Meta, Google, and AI firms agree on security measures at Biden meeting

Meta Google and AI firms agree on security measures at | ltc-a

Seven leading AI companies in the United States have agreed to voluntarily safeguard the development of the technology, the White House announced Friday, pledging to manage the risks of the new tools even as they compete on the potential of artificial intelligence.

The seven companies – Amazon, Anthropic, Google, Inflection, Meta, Microsoft and OpenAI – formally made their commitment to new standards of safety, security and trust in a meeting with President Biden at the White House on Friday afternoon.

“We must be alert and vigilant about the threats emerging from emerging technologies that they may pose — they don’t have to but they may pose — to our democracy and our values,” Biden said in brief remarks from the Roosevelt Room at the White House.

“This is a serious responsibility; we have to do it right,” he said, joined by company executives. « And there’s also huge, huge upside potential. »

The announcement comes as companies are racing to outdo each other with versions of AI that offer powerful new ways to create text, photos, music and video without human input. But technological advances have prompted fears about the spread of misinformation and dire warnings of an « extinction risk » as artificial intelligence becomes more sophisticated and human-like.

The voluntary safeguards are only an interim first step as Washington and governments around the world seek to put legal and regulatory frameworks in place for AI development. The deals include testing products for security risks and using watermarks to make sure consumers can spot the AI-generated material.

But lawmakers have struggled to regulate social media and other technologies in ways that keep pace with rapidly changing technology.

The White House did not provide details on an upcoming presidential executive order that aims to address another problem: how to control the ability of China and other competitors to get hold of new AI programs or the components used to develop them.

The order is expected to bring new restrictions on advanced semiconductors and export restrictions on large language models. Those are hard to protect: most software can fit, compressed, on a thumb drive.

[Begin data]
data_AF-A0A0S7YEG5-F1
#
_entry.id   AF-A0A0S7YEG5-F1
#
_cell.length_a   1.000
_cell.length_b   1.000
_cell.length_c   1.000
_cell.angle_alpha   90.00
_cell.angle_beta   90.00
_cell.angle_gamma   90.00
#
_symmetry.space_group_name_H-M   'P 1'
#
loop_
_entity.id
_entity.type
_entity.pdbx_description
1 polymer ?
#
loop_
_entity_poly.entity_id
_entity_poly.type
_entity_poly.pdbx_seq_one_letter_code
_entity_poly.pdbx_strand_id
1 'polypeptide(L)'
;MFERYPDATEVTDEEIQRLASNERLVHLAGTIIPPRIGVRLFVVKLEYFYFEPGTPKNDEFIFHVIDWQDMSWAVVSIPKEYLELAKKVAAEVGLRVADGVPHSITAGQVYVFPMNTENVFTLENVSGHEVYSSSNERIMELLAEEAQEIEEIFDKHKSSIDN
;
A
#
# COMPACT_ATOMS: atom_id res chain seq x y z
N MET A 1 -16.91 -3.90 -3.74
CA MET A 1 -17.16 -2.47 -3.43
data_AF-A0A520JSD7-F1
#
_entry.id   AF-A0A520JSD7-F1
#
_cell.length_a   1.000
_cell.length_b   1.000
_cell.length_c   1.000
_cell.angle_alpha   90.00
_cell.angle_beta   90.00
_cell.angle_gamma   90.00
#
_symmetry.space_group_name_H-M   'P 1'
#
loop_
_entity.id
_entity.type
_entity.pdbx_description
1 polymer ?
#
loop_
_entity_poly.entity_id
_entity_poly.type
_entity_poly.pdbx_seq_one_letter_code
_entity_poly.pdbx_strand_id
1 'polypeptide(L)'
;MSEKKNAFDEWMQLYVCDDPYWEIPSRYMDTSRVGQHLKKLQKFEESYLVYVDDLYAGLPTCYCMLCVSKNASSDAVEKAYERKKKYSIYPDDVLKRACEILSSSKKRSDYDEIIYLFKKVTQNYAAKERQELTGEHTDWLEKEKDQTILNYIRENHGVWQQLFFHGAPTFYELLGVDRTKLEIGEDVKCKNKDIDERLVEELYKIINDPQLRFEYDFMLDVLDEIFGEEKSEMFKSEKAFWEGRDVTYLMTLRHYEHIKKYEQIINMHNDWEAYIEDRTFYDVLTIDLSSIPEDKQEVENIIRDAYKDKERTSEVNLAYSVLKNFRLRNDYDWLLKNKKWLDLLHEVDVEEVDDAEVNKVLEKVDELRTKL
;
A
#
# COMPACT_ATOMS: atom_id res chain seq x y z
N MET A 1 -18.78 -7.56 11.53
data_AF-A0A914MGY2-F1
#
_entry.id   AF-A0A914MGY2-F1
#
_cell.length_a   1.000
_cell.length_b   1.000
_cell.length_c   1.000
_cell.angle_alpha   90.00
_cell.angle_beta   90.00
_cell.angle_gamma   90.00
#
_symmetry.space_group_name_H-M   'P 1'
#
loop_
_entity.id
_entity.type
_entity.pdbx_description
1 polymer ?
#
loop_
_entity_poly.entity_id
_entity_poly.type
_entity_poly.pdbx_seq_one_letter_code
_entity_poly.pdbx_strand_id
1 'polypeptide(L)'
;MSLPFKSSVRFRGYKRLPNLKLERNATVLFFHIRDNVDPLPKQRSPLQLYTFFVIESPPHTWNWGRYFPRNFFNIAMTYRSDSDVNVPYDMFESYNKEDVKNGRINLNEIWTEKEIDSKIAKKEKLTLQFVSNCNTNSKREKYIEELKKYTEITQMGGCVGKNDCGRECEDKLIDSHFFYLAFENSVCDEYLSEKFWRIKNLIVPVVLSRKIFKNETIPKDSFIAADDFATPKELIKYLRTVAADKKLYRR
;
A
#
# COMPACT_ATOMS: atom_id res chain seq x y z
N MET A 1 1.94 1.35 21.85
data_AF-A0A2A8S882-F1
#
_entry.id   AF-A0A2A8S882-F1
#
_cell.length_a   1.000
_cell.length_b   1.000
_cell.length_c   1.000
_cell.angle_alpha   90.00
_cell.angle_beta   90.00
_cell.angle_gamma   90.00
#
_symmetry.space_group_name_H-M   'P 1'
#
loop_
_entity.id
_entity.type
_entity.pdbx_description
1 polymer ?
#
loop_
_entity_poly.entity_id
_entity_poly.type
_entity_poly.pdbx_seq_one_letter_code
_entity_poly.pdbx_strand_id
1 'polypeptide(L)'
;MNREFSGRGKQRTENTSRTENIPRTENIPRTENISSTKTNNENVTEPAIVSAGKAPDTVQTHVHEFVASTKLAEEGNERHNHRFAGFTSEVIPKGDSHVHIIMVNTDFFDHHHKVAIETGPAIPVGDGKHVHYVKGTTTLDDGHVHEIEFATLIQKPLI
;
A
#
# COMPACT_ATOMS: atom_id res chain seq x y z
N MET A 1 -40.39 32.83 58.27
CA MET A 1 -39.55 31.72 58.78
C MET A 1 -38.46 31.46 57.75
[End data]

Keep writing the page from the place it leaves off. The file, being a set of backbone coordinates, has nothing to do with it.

An executive order could provoke more industry opposition than Friday’s voluntary commitments, which experts say are already reflected in the practices of the companies involved. The promises will not curb the plans of AI companies or hinder the development of their technologies. And as voluntary commitments, they will not be enforced by government regulators.

“We are pleased to make these voluntary commitments along with others in the industry,” Nick Clegg, president of global affairs at Meta, Facebook’s parent company, said in a statement. “They are an important first step in ensuring responsible AI guardrails are established and create a model for other governments to follow.”

As part of the safeguards, the companies agreed to security testing, in part by independent experts; research on bias and privacy issues; sharing information about risks with governments and other organizations; development of tools to combat societal challenges such as climate change; and transparency measures to identify AI-generated material.

In a statement announcing the deals, the Biden administration said companies must ensure that « innovation does not come at the expense of the rights and safety of Americans. »

« Companies that are developing these emerging technologies have a responsibility to ensure their products are safe, » the administration said in a statement.

Brad Smith, president of Microsoft and one of the executives present at the White House meeting, said his company has approved the voluntary safeguards.